The Spanish let them go, protecting what was left of their trenches. The Dutch has done damage, but nothingthat couldn’t be repaired. They had delayed but notstopped the Spanish assault.All was quiet for a few days as the Spanish repairedtheir trenches. But another surprise lay in wait for them.
Dutch Reinforcements Arrive
Outside the lines of circumvallation, a small Dutchforce lurked. They had been sent from the main Dutcharmy to help the besieged town, but they were far tooweak to defeat the Spanish army.So far they had limited themselves to harassing theconvoys of wagons that brought supplies to the Spanish.But now they took a dangerous new step and began anattack on the Spanish lines.Amid the violent cracks of muskets and arquebuses,theSpanish commander wondered—was this reallyanattempt to break the siege? He realized the truth toolate: the Dutch attack was merely a diversion!
Dutch Horsemen Carry Cargo and News
On the other side of town, a hand-picked force of horsemen galloped to the lines of circumvallation. Thediversion had stripped the line of Spanish troops,allowing the Dutch reinforcements to swiftly cross thelines and race for the town.Catching the Spanish flat-footed, they quickly reachedsafety. A gate opened and they triumphantlyrode inside.Although the riders were too few to make a real differencein the defense, they brought with them a small butvaluable cargo. Each man had tied a few bags of gun-powder to his saddle— enough ammunition to sustainthe Dutch forseveral weeks.Their leader was an experienced captain who had servedunder William the Silent, the leader of the Dutch revolt.He brought new hope to the town council. The Spanishcould be defeated!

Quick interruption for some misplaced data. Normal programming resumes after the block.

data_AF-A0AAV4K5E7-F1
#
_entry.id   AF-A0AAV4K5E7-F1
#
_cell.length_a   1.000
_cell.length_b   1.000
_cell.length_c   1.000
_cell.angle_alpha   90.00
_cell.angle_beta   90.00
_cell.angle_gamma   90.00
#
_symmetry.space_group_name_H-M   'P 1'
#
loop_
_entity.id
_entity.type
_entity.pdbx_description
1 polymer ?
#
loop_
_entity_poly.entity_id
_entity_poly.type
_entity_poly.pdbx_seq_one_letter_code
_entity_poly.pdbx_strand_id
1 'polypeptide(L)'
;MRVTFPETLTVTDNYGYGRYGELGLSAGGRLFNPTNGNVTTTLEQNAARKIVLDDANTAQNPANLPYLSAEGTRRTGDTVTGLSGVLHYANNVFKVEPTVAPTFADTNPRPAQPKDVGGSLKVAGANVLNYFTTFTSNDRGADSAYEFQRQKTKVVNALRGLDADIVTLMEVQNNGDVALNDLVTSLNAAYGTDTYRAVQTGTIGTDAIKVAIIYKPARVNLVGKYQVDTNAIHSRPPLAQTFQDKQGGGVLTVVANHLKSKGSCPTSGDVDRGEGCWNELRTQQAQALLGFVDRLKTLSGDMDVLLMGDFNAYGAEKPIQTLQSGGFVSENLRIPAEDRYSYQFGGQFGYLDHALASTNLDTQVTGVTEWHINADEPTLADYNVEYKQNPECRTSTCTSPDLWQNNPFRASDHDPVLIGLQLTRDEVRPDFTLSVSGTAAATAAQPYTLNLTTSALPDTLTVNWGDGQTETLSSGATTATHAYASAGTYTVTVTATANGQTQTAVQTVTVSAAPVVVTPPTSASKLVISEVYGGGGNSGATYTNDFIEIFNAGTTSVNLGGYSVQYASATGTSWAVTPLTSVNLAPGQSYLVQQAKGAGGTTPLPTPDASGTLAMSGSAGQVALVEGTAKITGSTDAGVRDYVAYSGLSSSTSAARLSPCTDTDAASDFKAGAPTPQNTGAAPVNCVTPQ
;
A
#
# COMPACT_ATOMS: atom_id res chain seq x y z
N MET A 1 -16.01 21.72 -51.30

a military operation in which enemy forcessurround a town or building, cutting off essentialsupplies, with the aim of compelling the surrender of those inside
a continuous bombardment of heavygunfire
a wicker container filled with earth or stoneand used in fortifications
a worker who builds a tunnel or trench (“sap”)that conceals an assailant's approach to a fortified place
mercenaries or paid, professional soldiershired to guard the entrances (“gates”) to towns andprotect the Dutch revolutionaries from the Spanishtroops
a small, easily secured door in a castle wall orother fortification. During a siege, defending raidingparties would “sally forth” or “sortie” from these portsand attack the besiegers
a temporary or supplementary fortification,used as an entrenched stronghold or refuge
a small hole in early firearms throughwhich the gunpowder charge is ignited
hammering a metal spike into the touch-holeof a cannon to render it inoperable
lines of circumvallation:
fortifications made by besiegersaround a town to keep supplies and reinforcements out
lines of countervallation:
fortifications made bybesiegers around a town to keep those inside fromescaping
a small Spanish firearm. At 1.2 meters (4 feet)long, the arquebus was considerably smaller than themusket (1.8 meters or 6 feet)